Producing copies of earlier great works was common practice with many master artists of the past. Rubens, for example, continued to copy works by Titian and others throughout his career, even long after his own reputation as a master was well established. Turner notes that, "Although faithful to the originals, my master portrait reproductions are not stroke-for-stroke copies. Instead, I have applied my own technique to these superb compositions. Each work was inspirational, educational, and a rewarding pleasure, from start to finish."
"Painting a Rembrandt is a humbling experience," observes Turner. "Even after extensive scientific analysis, some of Rembrandt's methods of paint application are still not clearly understood. So instead of trying to duplicate the Dutch master's unique impasto brushwork, I have used a softer technique with some blended passages to render the overall chiaroscuro effect of Rembrandt's portrait of his sixteen-year-old son Titus." The contrast of light and shadow and the somber, restricted palette add to the intimacy of this sympathetic portrait.
It is interesting to note that the Renoir original of Romaine Lacaux was painted in the same year as the original of the Winterhalter portrait shown below. Although both portraits have a strongly unified composition, the styles are quite different. As a court painter, Winterhalter portrayed his subjects with an air of relaxed luxury and refinement. Renoir depicted feminine beauty in the Impressionist manner, using subtle nuances of color and light. Turner has adapted each work to his own more direct method of traditional realistic characterisation.
"Sargent's stunning portrait of Lady Agnew has always attracted me for its bravura brushwork and superb color harmonies," says Turner. "In this rendering, I have not attempted to copy Sargent's unique style. I have modeled the subject's face with more finished detail, and the fabric is rendered more softly. At the time of the original painting, Lady Agnew was unwell. I have endeavored to portray her as she might have looked in better health." Even with these adjustments, the portrait maintains a powerful impact.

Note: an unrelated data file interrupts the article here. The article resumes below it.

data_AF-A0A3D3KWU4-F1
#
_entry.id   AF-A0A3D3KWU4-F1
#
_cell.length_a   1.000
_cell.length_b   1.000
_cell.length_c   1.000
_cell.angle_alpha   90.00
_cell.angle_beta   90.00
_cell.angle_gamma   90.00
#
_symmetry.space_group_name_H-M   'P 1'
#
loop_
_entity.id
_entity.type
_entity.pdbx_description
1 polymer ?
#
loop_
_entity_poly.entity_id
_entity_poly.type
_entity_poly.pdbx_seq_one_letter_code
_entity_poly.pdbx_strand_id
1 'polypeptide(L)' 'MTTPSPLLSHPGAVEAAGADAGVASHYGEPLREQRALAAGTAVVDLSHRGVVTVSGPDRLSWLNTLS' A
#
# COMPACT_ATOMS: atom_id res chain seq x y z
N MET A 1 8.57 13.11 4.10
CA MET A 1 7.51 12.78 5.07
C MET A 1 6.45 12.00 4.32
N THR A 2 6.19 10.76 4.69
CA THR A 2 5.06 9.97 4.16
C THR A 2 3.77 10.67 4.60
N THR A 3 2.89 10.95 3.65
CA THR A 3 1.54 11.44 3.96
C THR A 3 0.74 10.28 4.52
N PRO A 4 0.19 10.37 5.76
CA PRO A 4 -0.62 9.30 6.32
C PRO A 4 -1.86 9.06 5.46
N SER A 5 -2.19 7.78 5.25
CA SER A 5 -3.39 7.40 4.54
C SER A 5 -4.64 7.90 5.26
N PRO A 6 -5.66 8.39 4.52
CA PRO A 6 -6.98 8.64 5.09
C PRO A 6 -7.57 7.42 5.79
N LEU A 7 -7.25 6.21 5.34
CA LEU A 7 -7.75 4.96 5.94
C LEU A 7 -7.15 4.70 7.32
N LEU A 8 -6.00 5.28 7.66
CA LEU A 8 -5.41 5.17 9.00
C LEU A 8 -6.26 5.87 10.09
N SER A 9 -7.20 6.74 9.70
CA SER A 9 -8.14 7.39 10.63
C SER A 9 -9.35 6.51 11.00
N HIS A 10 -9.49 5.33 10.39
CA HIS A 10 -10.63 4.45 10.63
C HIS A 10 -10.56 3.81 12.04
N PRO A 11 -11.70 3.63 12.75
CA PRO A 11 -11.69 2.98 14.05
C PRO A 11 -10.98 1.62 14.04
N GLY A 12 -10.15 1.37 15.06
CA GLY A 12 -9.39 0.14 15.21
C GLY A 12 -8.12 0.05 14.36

Greuze was hugely popular in his day for painting narrative scenes in the moralistic genre. Lithographs of his works were widely distributed. As a skilled draftsman, Greuze produced many portraits and character studies. The young woman in this portrait, presented in the form of a bust, engages the viewer with a lively expression. In this rendering, Turner has retained the line and form of Greuze' original, but modified the flesh tone and overall color scheme.
This life-size portrait showcases the artist's rendering of fabric and flesh. According to Turner, "This is one of my favorite works at the Musée d'Orsay. It's an arresting portrait. Winterhalter has portrayed his subject with beautiful, pearlescent flesh and a soft, sensous charm. Although the garment takes up a third of the picture space, it's the subject's head that is the focus of attention. The sweeping curves of hair, ribbons, and arm all lead the viewer's eye to Madame Rimsky-Korsakov's lovely face."
The bright red of this elegant and attractive woman's dress is balanced by the dark green of the sleeves, chair, and background. Highlights in the rosary, the hardware on the chair, and the subject's gold chain and head piece provide accents for the painting and interest for the eye. The rosary and lap dog are symbols of piety and marital fidelity. The original work was formerly attributed to Bronzino's mentor Jacopo Pontormo. It's a larger painting (35" x 27 1/2"), and is referred to also by the title A Lady with a Dog.